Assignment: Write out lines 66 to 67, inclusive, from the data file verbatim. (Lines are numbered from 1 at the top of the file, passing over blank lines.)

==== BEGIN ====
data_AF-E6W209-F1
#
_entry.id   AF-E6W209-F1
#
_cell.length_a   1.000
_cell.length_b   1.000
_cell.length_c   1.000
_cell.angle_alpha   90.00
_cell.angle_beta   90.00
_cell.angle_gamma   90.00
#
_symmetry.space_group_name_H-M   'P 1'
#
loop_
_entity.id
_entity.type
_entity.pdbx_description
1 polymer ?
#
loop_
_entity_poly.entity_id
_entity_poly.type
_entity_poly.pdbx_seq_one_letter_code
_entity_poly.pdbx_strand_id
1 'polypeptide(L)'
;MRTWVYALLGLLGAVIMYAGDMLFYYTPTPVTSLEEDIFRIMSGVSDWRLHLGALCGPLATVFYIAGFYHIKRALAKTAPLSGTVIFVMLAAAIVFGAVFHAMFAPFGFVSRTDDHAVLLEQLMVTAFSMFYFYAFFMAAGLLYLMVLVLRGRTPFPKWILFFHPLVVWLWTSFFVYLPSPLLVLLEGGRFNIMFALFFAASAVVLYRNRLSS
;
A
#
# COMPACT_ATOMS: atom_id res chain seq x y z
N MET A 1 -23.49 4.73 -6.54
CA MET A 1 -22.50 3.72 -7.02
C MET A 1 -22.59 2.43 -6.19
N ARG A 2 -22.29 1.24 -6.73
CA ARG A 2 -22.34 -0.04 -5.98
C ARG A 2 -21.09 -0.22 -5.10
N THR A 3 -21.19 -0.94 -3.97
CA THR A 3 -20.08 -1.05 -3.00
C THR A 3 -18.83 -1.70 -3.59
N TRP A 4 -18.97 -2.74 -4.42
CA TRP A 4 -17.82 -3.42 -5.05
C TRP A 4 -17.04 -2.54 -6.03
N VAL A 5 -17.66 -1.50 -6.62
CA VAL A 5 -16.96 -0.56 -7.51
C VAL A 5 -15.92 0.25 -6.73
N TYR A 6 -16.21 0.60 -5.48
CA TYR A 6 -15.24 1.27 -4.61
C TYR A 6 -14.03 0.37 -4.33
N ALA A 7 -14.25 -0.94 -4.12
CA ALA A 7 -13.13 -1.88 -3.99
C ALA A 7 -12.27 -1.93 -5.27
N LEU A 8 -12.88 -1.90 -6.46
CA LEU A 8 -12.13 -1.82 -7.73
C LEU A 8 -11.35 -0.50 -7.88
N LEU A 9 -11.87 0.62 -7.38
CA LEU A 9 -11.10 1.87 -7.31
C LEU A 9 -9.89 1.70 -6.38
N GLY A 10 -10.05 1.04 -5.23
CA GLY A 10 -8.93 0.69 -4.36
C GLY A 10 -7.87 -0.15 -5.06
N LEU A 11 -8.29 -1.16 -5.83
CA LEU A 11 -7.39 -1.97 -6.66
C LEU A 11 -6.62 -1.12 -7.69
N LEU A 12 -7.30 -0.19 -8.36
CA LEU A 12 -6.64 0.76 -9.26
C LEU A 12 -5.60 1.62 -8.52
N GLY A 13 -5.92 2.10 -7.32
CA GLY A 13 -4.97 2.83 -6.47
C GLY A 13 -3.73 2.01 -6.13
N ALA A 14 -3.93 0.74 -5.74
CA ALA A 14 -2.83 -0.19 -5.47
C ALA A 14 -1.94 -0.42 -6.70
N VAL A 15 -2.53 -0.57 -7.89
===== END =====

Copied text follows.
C LEU A 12 -5.60 1.62 -8.52
N GLY A 13 -5.92 2.10 -7.32